EDINBURGH – The “Stone of Destiny” in Charles Martin Smith’s pedestrian new film is the macguffin that a group of Scottish nationalists plan to repatriate from the heart of England in order to encourage the movement for Scotland’s independence.
Shrouded in myth and also known as the Coronation Stone, it’s a slab of rock taken from Scotland by an English king 1000 years ago and kept for ages at Westminster Abbey. The film is based on a true incident in 1950 when some students from Glasgow broke into the Abbey and stole it.
Intended as a rousing feel-good tale of rebellion, the film suffers from slack direction and bland performances with very little tension and no surprises. Box office prospects are slim beyond what can be drummed up from the worldwide Scottish community but it’s not going to cause many to spill their whisky.
Based on a book by central character Ian Hamilton (Charles Cox), “Stone of Destiny” relates in some awe what is obviously meant to be the daredevil escapade of an idealistic young man who relishes the opportunity of making a name for himself.
Although his best mate (Billy Boyd) decides not to put his education and future employment at risk, Ian recruits two other young men (Stephen McCole and Ciaron Kelly) and a pretty young woman named Kay (Kate Mara, pictured with Cox)) with no arm-twisting at all.
With financial backing from a prominent educator and politician (Robert Carlyle), they set off to London to scout the layout of Westminster Abbey and plan their raid. Curiously, the presence of four young Scottish people in London arouses a great deal of suspicion as if everyone knows what they’re up to. It stretches credibility and so do the foursome’s contrived antics during the raid, which involve missed signals, dropped keys and lots of running about in the rain.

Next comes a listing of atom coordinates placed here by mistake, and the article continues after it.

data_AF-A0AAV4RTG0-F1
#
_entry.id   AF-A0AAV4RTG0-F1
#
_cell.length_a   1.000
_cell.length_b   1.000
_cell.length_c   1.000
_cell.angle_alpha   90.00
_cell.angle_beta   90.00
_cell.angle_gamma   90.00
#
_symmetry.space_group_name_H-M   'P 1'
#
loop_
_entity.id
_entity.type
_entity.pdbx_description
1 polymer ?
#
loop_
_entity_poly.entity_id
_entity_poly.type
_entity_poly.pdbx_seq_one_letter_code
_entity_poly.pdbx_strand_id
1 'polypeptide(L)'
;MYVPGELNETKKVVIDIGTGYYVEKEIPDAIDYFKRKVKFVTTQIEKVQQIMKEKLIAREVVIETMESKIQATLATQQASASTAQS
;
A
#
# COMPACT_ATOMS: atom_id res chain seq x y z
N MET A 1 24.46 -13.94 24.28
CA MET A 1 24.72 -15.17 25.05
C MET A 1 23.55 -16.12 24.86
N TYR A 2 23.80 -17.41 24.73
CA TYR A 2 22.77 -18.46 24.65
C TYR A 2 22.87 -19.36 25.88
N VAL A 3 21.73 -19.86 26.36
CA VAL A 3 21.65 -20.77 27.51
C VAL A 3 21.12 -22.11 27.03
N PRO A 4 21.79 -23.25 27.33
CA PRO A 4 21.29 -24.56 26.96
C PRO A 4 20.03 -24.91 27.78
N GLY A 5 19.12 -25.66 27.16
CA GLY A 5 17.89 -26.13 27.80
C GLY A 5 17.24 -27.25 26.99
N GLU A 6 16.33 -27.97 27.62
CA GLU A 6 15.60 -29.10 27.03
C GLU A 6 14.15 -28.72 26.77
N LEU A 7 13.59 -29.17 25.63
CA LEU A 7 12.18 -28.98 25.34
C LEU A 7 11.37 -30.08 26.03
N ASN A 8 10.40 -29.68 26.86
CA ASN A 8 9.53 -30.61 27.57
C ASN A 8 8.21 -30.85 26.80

Veterans Carlyle, Mullan and Flicker have cameos but the film rests on the youngsters, especially Cox and Mara, who do their best but cannot enliven the dull script. By sticking reasonably close to the actual events, the film has to reach for its heroes’ small victories but they’re not enough to make the picture memorable.
Venue: Edinburgh Inrternational Film Festival; Cast: Charlie Cox, Kate Mara, Stephen McCole, Ciaron Kelly, Billy Boyd, Robert Carlyle, Peter Mullan, Brenda Flicker; Director: Charles Martin Smith; Screenwriter: Charles Martin Smith; Director of photography: Glen Winter; Production designer: Tom Sayer; Music: Mychael Danna; Costume designer: Trisha Biggar; Editor: Fredrik Thorsen; Producers: Andrew Boswell, Rob Merilees; Executive producers: Terrence Yason, Michael S. Murphy, Charles Martin Smith, William Vince, Carole Sheridan, Victor Loewy; Production: Infinity Features Entertainment and the Mob Film Company; Rated PG, running time, 96 mins.
This review appeared in The Hollywood Reporter.